To some, Dwyane Wade let the chopper fly recently on his Wine Down podcast. As we’re living during a time when the WNBA is booming with progress, there’s been much conversation about why progress has taken as long as it has. I primarily think that leagues need time to grow. I’ve said before that the NBA wasn’t always this lucrative. It took the star power initially of Earvin “Magic” Johnson and Larry Bird to begin a true run of profitable years in the league. By the 1980s, the NBA was in its fourth decade of operation. The WNBA is entering its third decade of operation, but it still has a few years to spare.

Wade believes that the slow burn of this progression is partially linked to fan support of the WNBA. On Wine Down, regarding Caitlin Clark he stated, “You got now the people coming out of the woodwork that’s never watched the game, that doesn’t know nothing about the game — now point to say well why is she only getting $300 thousand over four years? Why she don’t have a signature shoe? Why y’all ain’t supporting, how you going to say why somebody a got something if you ain’t supporting them?”

Wade went on to detail that the energy fans give to the men’s game needs to be given to the women’s game as well. For example, he touched on how people used to “sleep outside and form lines for the latest Jordans.” It’s an interesting take. Honestly, it has some merit. During this conversation, the three-time NBA champion also highlighted the business of basketball.

He said, “This year they’re (the WNBA) hoping to get $50 to $60 million in TV deals, that’s where the players’ money is coming in at. The NBA, Billions right? To say that is to say, there’s but so much money in the pot, and everyone has to get what’s shared out in the pot.”

What Wade speaking to is how the support of sports leagues drives ratings. Those ratings are what help leagues at the negotiation table with television networks that broadcast these games. Player salaries are largely contingent on how lucrative these local and national television deals are. And if we continue to support it, the WNBA’s future will be as bright as we imagine.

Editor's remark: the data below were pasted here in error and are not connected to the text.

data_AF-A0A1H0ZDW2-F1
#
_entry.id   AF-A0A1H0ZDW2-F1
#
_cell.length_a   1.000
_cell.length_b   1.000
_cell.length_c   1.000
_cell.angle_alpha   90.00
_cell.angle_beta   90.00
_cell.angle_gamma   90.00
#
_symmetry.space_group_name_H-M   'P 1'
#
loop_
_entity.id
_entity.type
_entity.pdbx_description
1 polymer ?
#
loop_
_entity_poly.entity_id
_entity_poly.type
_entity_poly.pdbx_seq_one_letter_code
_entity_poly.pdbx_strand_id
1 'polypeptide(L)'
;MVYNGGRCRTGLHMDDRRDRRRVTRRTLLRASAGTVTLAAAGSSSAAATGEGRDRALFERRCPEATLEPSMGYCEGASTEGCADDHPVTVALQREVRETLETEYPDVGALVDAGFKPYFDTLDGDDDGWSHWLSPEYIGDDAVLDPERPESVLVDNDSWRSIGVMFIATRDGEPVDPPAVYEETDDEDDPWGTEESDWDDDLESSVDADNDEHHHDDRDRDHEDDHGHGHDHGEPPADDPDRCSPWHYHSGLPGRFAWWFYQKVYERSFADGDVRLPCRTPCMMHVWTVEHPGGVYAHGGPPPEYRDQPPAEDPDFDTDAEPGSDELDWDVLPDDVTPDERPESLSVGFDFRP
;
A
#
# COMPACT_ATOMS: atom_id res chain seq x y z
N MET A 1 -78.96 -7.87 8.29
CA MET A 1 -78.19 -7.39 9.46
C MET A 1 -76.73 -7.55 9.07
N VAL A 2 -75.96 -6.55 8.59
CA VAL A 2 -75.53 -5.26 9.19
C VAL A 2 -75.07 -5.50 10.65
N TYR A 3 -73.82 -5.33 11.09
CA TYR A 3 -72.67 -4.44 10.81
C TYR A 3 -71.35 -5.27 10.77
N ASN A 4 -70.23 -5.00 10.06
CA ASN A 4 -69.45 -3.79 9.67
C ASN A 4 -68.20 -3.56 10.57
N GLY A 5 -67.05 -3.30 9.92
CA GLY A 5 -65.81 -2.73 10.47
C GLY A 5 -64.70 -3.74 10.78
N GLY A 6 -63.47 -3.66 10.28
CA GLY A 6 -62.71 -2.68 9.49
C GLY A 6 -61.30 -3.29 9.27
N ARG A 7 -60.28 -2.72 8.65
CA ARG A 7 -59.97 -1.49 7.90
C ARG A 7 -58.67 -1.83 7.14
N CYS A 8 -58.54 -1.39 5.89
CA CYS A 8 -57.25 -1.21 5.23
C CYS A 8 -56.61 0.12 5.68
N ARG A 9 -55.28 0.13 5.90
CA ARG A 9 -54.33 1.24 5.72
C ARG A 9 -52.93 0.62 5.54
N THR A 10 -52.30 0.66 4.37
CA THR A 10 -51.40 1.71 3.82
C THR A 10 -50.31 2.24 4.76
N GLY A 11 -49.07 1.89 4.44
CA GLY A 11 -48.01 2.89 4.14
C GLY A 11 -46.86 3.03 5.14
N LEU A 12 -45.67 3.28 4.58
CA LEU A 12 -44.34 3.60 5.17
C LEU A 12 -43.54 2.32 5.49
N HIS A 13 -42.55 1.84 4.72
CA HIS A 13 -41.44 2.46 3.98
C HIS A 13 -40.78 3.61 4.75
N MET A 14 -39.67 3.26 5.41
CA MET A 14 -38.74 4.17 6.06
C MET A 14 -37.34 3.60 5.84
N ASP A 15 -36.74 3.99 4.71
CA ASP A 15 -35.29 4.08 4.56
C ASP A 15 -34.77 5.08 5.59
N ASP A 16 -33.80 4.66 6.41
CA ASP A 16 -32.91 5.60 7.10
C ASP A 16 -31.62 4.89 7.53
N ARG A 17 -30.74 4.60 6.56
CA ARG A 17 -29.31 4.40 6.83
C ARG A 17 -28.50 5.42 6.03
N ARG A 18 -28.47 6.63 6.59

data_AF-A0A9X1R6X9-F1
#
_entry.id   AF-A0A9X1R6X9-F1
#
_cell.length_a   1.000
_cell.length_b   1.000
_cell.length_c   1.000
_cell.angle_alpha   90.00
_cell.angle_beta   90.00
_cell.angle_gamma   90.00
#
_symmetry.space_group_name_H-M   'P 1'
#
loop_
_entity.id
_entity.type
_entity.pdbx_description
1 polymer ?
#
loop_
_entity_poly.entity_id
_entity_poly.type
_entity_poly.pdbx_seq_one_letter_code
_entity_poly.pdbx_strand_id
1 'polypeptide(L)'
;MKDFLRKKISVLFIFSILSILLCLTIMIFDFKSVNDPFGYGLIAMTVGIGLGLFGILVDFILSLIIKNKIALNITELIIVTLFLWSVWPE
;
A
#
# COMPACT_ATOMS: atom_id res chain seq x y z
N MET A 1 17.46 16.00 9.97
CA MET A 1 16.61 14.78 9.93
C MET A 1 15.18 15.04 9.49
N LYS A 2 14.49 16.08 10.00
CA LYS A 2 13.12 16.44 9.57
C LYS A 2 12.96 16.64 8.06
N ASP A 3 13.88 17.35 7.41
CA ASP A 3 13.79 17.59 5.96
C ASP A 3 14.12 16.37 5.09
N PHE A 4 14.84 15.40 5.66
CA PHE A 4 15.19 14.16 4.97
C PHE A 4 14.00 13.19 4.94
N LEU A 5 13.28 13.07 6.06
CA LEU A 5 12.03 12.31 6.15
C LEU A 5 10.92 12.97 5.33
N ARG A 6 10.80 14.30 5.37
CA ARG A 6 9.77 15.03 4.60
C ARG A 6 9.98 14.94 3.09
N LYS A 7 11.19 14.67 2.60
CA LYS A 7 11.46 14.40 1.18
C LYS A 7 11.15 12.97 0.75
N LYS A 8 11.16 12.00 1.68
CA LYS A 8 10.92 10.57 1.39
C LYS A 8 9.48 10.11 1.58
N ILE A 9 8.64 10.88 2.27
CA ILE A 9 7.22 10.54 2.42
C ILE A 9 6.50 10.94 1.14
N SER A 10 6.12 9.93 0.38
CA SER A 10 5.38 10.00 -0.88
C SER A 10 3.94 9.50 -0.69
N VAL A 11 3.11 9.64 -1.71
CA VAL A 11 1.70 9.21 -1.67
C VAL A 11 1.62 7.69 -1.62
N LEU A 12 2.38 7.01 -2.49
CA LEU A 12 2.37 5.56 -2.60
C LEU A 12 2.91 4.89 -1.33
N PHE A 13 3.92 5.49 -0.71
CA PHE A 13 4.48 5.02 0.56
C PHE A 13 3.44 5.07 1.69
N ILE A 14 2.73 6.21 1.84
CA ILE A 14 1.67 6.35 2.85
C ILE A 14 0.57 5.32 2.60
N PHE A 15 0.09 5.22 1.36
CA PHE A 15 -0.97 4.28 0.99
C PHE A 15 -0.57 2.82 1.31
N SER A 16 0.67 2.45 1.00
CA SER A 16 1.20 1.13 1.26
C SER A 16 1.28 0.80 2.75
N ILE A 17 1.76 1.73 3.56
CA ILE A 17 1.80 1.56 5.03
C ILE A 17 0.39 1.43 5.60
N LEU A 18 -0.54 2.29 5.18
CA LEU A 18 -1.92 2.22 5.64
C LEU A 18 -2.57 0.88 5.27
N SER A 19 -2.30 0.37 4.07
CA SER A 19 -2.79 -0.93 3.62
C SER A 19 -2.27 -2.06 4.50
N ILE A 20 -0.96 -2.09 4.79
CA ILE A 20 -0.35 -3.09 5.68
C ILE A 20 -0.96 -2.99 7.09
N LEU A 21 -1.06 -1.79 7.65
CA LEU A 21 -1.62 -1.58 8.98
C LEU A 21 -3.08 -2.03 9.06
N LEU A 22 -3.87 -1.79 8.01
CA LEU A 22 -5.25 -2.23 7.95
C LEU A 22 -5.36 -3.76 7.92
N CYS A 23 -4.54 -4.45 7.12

The WNBA could’ve always used more support. Whether this is viewed negatively, I think women should’ve been selling out those games. This by no means absolves men for their lack of league support. But speaking from a demographic standpoint, you’d think more women would support the WNBA specifically. The first professional basketball game I ever attended was a New York Liberty game. It was Father’s Day in 2000. I had the opportunity to watch my favorite WNBA player Teresa Weatherspoon. I had a blast.

Over the last few years, I believe some new factors have lent themselves to men appreciating the women’s game more. The ladies of the WNBA have been very good at marketing themselves in recent years. From their fashion to their humor, they’re beginning to show more facets of who they are. It also doesn’t hurt that this new generation of ballers are also easy on the eyes, and great on the mic. With more women on commentary and doing analysis work, we’re all becoming more familiar with the scope of the women in the league.

What Wade is ultimately speaking to is the WNBA needing sustained fan support. But that’s no different than any other league. This is a special moment in time. The league is as visible as it has ever been. It behooves all of us to understand the moment and ensure that this isn’t just a moment. Let’s make sure that this isn’t just an era. This should lead to the WNBA’s success becoming a norm. And I think that’s a reality that we all can get with.